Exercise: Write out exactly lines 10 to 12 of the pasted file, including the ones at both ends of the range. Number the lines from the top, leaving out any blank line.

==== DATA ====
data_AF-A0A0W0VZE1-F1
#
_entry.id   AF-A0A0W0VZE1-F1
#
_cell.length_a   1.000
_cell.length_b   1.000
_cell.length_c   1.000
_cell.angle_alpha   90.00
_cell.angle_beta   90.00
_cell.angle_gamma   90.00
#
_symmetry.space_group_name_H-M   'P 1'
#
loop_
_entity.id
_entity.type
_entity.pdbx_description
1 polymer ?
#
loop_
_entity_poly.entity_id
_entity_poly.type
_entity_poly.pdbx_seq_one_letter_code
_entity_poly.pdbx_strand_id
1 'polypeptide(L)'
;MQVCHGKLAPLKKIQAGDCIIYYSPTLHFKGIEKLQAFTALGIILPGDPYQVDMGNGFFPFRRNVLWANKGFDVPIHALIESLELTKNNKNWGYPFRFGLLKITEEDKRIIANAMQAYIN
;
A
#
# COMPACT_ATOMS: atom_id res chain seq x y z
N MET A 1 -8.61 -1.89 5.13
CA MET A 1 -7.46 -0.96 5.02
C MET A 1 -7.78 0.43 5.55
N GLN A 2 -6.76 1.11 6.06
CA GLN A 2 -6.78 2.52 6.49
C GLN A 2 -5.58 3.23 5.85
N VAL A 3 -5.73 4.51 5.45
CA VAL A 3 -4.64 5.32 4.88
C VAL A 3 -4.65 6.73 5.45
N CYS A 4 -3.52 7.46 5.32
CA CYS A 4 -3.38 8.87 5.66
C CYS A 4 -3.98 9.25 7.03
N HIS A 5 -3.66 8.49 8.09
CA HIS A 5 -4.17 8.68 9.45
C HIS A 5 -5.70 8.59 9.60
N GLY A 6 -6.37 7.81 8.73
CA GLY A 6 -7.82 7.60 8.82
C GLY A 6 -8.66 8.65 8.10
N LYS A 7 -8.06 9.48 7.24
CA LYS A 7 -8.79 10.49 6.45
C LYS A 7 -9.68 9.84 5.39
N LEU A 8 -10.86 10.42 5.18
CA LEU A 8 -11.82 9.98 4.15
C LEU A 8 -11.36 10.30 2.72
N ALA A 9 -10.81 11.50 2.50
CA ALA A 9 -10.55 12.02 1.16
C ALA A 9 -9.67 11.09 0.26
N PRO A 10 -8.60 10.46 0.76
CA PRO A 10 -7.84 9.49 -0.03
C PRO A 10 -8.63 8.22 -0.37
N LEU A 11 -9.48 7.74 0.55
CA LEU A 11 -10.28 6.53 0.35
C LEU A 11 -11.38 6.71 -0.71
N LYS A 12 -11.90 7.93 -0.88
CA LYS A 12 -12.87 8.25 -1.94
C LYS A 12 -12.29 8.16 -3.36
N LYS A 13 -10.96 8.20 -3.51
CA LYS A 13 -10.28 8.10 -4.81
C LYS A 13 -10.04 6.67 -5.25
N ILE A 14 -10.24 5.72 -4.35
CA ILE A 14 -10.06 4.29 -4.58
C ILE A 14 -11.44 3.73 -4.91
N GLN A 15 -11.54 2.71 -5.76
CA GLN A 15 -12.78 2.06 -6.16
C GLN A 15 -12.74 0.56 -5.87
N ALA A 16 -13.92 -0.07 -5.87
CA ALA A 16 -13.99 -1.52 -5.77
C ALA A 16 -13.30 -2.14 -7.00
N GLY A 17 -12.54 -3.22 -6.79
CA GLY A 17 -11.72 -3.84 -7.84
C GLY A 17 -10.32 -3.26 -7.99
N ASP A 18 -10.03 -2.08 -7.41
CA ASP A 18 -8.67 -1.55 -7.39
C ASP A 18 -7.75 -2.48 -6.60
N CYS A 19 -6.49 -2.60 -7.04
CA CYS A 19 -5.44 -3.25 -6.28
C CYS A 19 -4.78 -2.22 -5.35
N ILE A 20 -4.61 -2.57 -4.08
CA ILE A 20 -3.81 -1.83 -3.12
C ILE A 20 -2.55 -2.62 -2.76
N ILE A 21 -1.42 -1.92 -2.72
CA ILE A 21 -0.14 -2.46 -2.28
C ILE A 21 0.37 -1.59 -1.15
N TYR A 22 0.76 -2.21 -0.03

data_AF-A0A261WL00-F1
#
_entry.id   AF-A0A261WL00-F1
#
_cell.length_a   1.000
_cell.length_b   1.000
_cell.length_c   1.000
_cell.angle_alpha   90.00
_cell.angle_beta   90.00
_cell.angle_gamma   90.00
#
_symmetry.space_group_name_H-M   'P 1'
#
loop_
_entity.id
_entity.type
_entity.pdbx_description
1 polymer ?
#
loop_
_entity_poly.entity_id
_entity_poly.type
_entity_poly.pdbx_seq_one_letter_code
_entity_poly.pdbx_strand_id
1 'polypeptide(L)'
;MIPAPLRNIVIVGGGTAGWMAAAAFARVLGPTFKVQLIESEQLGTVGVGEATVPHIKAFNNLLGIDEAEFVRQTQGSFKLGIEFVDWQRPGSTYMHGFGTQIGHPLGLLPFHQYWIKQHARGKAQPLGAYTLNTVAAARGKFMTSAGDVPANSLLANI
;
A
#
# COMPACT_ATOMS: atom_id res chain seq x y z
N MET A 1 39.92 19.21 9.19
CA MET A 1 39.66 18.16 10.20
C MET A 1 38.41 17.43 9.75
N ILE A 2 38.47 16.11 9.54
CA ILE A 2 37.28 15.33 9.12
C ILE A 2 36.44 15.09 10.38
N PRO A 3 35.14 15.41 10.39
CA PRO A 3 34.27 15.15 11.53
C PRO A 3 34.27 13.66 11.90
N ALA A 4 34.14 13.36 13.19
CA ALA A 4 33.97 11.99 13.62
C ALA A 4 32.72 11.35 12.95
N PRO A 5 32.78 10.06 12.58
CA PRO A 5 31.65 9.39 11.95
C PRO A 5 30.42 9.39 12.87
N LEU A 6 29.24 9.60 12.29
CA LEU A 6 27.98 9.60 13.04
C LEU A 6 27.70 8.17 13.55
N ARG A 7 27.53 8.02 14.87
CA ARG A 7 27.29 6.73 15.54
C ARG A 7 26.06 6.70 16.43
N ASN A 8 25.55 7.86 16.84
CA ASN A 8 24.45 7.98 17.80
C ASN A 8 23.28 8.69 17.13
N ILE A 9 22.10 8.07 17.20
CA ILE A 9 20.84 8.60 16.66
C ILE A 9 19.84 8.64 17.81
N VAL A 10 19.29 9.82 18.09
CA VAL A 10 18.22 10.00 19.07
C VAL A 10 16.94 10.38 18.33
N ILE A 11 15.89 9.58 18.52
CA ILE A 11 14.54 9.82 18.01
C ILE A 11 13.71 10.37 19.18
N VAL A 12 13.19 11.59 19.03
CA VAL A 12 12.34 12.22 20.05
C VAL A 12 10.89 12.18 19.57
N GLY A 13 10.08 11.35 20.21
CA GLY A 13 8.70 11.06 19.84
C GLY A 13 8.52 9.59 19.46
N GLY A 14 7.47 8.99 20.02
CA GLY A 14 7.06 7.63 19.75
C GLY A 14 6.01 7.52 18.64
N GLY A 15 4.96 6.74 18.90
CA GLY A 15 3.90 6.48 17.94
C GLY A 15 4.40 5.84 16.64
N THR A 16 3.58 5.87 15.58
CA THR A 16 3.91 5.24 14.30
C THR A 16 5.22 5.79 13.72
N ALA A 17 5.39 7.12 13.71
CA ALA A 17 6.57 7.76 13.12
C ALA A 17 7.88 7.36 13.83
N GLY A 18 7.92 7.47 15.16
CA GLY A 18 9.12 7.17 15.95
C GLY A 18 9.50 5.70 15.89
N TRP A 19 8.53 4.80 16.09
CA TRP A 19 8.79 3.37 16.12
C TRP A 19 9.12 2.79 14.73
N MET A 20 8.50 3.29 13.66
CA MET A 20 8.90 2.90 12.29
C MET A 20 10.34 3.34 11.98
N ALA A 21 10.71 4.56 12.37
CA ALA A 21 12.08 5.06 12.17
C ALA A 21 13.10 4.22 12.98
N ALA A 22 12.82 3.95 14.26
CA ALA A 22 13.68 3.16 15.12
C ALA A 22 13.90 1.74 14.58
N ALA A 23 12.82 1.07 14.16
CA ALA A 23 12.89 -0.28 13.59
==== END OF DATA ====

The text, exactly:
_cell.angle_gamma   90.00
#
_symmetry.space_group_name_H-M   'P 1'